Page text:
Time-Inconsistency and Welfare
Self-control devices, such as rehabilitation programs, group commitment, and informal fines, can make time-inconsistent smokers better off. Health economists have used this result to argue in favor of cigarette taxes that restrain smoking. However, taxes alone are not Pareto-improving overall, because they benefit today's smoker at the expense of her future selves, who have less demand for self-control. We suggest an alternative class of taxation policies that provide selfcontrol and benefit a smoker at every point in life. Smokers could be allowed to purchase smoking licenses' when they start to smoke, and in exchange commit their future selves to face compensated cigarette taxes. We show that this scheme which could be made voluntary improves the welfare of current and future smokers, generates positive revenue for the government, and can be made incentive-compatible. Similar schemes can also be envisioned to address problems of timeinconsistency in other contexts.
|Date of creation:||Mar 2004|
|Contact details of provider:|| Postal: National Bureau of Economic Research, 1050 Massachusetts Avenue Cambridge, MA 02138, U.S.A.|
Web page: http://www.nber.org
More information through EDIRC
Please report citation or reference errors to , or , if you are the registered author of the cited work, log in to your RePEc Author Service profile, click on "citations" and make appropriate adjustments.:
- Jonathan Gruber & Botond Koszegi, 2000. "Is Addiction "Rational"? Theory and Evidence," NBER Working Papers 7507, National Bureau of Economic Research, Inc.
- Laibson, David I., 1997.
"Golden Eggs and Hyperbolic Discounting,"
4481499, Harvard University Department of Economics.
- Matthew Rabin & Ted O'Donoghue, 1999.
"Doing It Now or Later,"
American Economic Review,
American Economic Association, vol. 89(1), pages 103-124, March.
- Ted O'Donoghue & Matthew Rabin, 1996. "Doing It Now or Later," Discussion Papers 1172, Northwestern University, Center for Mathematical Studies in Economics and Management Science.
- O'Donoghue, Ted & Rabin, Matthew, 1997. "Doing It Now or Later," Department of Economics, Working Paper Series qt7t44m5b0, Department of Economics, Institute for Business and Economic Research, UC Berkeley.
- Ted O'Donoghue and Matthew Rabin ., 1997. "Doing It Now or Later," Economics Working Papers 97-253, University of California at Berkeley.
- Jonathan Gruber & Botond Köszegi, 2001. "Is Addiction "Rational"? Theory and Evidence," The Quarterly Journal of Economics, Oxford University Press, vol. 116(4), pages 1261-1303.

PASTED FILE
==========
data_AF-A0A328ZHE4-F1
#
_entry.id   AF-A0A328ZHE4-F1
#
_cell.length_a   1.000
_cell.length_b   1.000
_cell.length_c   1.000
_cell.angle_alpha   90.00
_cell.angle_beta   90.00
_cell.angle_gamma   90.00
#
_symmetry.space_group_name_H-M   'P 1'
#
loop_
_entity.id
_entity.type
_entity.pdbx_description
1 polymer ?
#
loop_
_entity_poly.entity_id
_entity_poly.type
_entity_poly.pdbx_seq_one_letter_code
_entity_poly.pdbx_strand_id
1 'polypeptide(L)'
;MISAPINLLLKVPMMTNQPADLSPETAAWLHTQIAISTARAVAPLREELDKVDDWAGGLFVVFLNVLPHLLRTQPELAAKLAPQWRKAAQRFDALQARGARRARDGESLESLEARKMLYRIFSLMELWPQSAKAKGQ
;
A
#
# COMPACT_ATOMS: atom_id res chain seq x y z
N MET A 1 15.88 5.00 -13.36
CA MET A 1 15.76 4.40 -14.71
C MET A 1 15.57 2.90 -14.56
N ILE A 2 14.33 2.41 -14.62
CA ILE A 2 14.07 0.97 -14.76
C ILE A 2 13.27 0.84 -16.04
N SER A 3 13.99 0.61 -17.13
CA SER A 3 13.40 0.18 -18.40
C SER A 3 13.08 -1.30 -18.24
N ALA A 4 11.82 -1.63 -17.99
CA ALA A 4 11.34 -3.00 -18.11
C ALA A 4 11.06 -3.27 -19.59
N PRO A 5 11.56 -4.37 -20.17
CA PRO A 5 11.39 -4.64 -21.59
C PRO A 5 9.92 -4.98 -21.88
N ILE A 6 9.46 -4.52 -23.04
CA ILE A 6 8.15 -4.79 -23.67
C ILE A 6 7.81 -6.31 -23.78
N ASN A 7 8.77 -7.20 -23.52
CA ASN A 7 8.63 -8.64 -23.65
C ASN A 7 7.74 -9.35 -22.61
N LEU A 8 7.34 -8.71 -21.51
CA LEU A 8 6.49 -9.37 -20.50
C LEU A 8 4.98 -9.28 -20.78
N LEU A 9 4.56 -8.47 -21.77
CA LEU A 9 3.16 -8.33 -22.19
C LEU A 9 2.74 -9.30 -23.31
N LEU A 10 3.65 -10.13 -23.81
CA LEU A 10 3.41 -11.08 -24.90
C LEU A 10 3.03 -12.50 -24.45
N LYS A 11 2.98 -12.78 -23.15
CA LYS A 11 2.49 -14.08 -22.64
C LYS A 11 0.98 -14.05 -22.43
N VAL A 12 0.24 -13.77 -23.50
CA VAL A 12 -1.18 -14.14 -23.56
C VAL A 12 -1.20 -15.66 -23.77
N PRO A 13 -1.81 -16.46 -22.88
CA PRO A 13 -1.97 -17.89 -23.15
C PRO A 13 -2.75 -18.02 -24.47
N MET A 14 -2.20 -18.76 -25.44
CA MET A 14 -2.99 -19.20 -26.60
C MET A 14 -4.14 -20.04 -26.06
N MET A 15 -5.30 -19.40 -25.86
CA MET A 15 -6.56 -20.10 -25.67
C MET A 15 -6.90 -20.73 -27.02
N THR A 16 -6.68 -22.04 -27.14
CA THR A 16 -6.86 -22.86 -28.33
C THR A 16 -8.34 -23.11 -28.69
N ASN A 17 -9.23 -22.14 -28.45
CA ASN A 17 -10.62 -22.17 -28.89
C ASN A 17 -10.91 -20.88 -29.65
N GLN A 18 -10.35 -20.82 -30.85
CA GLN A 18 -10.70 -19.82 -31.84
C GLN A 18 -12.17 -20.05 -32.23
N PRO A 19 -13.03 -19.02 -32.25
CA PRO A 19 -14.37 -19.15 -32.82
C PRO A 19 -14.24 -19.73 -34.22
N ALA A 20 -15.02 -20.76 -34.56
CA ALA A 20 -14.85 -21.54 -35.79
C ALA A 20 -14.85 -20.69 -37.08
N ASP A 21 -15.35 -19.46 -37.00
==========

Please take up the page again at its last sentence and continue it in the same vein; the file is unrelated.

- E. S. Phelps & R. A. Pollak, 1968. "On Second-Best National Saving and Game-Equilibrium Growth," Review of Economic Studies, Oxford University Press, vol. 35(2), pages 185-199.
- Andrew Caplin & John Leahy, 2000.
"The Social Discount Rate,"
NBER Working Papers
7983, National Bureau of Economic Research, Inc.
- Andrew Caplin & John Leahy, 2001. "The social discount rate," Discussion Paper / Institute for Empirical Macroeconomics 137, Federal Reserve Bank of Minneapolis.
- Gruber, Jonathan & Koszegi, Botond, 2004. "Tax incidence when individuals are time-inconsistent: the case of cigarette excise taxes," Journal of Public Economics, Elsevier, vol. 88(9-10), pages 1959-1987, August.
- Ted O'Donoghue & Matthew Rabin, 2003. "Studying Optimal Paternalism, Illustrated by a Model of Sin Taxes," American Economic Review, American Economic Association, vol. 93(2), pages 186-191, May.
- R. H. Strotz, 1955. "Myopia and Inconsistency in Dynamic Utility Maximization," Review of Economic Studies, Oxford University Press, vol. 23(3), pages 165-180.
- Goldman, Steven Marc, 1979. "Intertemporally Inconsistent Preferences and the Rate of Consumption," Econometrica, Econometric Society, vol. 47(3), pages 621-26, May.
- George Loewenstein & Drazen Prelec, 1992. "Anomalies in Intertemporal Choice: Evidence and an Interpretation," The Quarterly Journal of Economics, Oxford University Press, vol. 107(2), pages 573-597.
When requesting a correction, please mention this item's handle: RePEc:nbr:nberwo:10345. See general information about how to correct material in RePEc.
For technical questions regarding this item, or to correct its authors, title, abstract, bibliographic or download information, contact: ()
If references are entirely missing, you can add them using this form.